The urgent problem to discuss is land reforms and agricultural taxation.
Only by real and enforced land reforms will reduce  the hold of the Jagirdars/feudal lords on the lives of the people and national politics can be broken.
One unfortunate consequence of the creation of Pakistan was that it made feudalism much stronger. I am afraid any party that does not have concrete plans to tackle the feudal system will soon be just another instrument of the feudals.
It is beyond belief that agricultural income is not subject to income tax!!
As the feudal families have also setup industries they can get away from paying tax by showing that income as agricultural income as well.
Other then above many different models of economy can be used, perhaps the micro-economic system used in Bangladesh is worth a look. 
It is great that emphasis is being put on education. It was mentioned that Islam places so much emphasis on education and yet we neglect it. I think Islam places emphasis on Ilam (comprehensive knowledge) and not taleme (which can be translated as education).
While in the current situation we will do well  even if we can achieve basic literacy among the people, in the long term we should keep in mind that a complete overhaul of how knowledge is dispensed as required.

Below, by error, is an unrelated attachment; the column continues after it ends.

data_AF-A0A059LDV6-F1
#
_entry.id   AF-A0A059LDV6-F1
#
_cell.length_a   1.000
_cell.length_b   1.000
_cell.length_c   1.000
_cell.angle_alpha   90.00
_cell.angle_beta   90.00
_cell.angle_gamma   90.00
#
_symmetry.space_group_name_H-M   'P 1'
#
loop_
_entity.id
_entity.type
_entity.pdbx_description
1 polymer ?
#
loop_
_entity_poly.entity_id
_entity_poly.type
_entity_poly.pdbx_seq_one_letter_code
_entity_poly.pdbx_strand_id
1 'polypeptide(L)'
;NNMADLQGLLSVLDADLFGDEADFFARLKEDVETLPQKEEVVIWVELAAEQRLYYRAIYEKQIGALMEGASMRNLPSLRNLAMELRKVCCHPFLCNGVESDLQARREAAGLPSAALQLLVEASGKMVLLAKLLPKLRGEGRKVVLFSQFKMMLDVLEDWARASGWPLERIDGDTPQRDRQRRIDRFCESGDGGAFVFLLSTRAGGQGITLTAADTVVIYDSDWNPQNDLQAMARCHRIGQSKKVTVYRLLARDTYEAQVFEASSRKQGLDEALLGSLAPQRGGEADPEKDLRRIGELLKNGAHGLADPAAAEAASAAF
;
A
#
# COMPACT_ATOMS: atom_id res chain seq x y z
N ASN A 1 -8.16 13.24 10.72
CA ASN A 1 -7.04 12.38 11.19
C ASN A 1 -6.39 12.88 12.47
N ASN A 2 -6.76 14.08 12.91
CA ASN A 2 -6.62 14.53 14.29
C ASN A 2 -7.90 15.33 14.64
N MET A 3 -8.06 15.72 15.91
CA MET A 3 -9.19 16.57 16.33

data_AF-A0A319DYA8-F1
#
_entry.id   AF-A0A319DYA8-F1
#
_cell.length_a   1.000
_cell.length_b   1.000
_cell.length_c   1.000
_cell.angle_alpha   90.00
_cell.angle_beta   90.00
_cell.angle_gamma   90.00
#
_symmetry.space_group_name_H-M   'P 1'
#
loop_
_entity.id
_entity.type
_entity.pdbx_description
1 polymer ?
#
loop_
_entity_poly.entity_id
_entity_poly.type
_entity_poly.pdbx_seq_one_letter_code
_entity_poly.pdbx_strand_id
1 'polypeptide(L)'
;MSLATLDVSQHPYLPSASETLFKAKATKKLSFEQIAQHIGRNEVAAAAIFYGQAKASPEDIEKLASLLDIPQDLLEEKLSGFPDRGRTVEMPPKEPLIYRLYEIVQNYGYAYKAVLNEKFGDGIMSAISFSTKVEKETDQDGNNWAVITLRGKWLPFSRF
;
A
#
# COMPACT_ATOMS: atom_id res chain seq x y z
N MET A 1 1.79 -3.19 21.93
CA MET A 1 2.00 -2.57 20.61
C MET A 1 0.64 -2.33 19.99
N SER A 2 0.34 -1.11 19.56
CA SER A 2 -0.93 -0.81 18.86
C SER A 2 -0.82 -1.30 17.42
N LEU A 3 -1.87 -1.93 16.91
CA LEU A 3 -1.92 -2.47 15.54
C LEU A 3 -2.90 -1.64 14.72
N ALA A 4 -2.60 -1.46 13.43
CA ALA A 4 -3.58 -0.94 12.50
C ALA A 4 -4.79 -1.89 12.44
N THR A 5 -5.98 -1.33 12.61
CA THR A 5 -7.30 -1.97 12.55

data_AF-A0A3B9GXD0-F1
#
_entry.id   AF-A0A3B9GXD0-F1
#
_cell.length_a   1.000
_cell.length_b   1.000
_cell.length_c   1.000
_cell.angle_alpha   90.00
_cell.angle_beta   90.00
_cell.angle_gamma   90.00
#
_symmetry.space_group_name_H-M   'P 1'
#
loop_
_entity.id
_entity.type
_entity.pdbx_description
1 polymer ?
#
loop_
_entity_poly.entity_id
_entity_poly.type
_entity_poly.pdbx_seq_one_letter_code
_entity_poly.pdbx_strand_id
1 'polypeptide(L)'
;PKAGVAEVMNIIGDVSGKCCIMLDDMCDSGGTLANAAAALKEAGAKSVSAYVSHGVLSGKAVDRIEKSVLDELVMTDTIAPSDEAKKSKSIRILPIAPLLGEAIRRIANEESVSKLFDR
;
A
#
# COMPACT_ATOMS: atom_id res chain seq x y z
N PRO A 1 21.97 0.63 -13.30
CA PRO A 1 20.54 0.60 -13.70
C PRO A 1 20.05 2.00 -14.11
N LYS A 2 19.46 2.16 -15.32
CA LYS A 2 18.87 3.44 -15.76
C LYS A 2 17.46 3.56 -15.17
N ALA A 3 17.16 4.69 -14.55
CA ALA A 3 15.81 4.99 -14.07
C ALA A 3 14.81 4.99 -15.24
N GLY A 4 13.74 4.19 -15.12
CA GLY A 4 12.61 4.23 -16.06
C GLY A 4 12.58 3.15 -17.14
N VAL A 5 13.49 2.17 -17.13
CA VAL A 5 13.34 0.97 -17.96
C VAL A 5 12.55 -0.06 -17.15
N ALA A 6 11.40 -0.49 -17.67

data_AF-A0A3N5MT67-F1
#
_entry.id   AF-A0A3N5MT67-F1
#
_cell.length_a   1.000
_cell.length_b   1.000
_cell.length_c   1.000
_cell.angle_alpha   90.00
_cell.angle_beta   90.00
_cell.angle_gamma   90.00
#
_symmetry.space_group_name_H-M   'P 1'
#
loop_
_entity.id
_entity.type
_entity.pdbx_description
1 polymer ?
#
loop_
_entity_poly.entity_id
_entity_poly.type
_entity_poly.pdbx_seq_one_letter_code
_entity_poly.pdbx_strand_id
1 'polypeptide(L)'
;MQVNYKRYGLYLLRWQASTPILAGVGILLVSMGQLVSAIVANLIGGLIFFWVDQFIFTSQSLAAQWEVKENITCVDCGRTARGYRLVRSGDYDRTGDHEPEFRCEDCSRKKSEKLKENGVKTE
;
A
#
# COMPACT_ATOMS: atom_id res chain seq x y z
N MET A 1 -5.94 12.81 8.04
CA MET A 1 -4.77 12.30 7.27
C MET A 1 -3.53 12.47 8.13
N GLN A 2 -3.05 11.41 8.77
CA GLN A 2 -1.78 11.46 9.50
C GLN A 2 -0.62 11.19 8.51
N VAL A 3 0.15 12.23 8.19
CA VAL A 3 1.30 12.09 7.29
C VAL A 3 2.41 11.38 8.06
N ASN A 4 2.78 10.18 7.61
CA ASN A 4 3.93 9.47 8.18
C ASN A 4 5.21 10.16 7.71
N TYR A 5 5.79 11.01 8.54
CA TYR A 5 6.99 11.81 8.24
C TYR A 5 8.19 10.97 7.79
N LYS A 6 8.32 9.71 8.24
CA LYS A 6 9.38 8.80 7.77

The world of Islam took a wrong turn when it subscribed to the recommendations of Ghazali and completely shunned rationalism in favour of divine mysticism.
One of the greatest Muslim thinkers of all times Ibn Rushd (Averroes in the West) tried to counter this but was hounded out. It was in fact the  West listened to him and reformed Christianity to make it receptive to progressive scientific thought.
It is ironic that the map of Western renaissance was drawn by a Muslim scholar who made it for his fellow Muslims who rejected him.
We need to reverse this process in favour of the philosophy propagated by Ibn Rushd.
This is no easy task since much of this divine mysticism has over the centuries become a part and parcel  of religion to be taken as the very word of God and no one can stand against the word of God. 
So will this make Pakistan a Godless state?
No, for there will be no restriction on personal religion and certainly people who live in secular states of the West can practice Islam in the way they want.
So can any political party win elections on the basis of these changes?
The answer is no.
If by any miracle these changes are put in place will it change Pakistan into a land of prosperity and happiness?
These are just the starting point for getting somewhere.  There is unlikely to be any overnight change and there is no guarantee that this is a recipe for certain success. However with these steps there is a fair chance of success and without them there is no hope.

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(1) Reader Comment

  1. The ideas are nice but if we really look forward to the vision or goal of a prosperous Pakistan, we need to think more and then start converting these ideas into action in our individual lives and then in the lives of people surrounding us.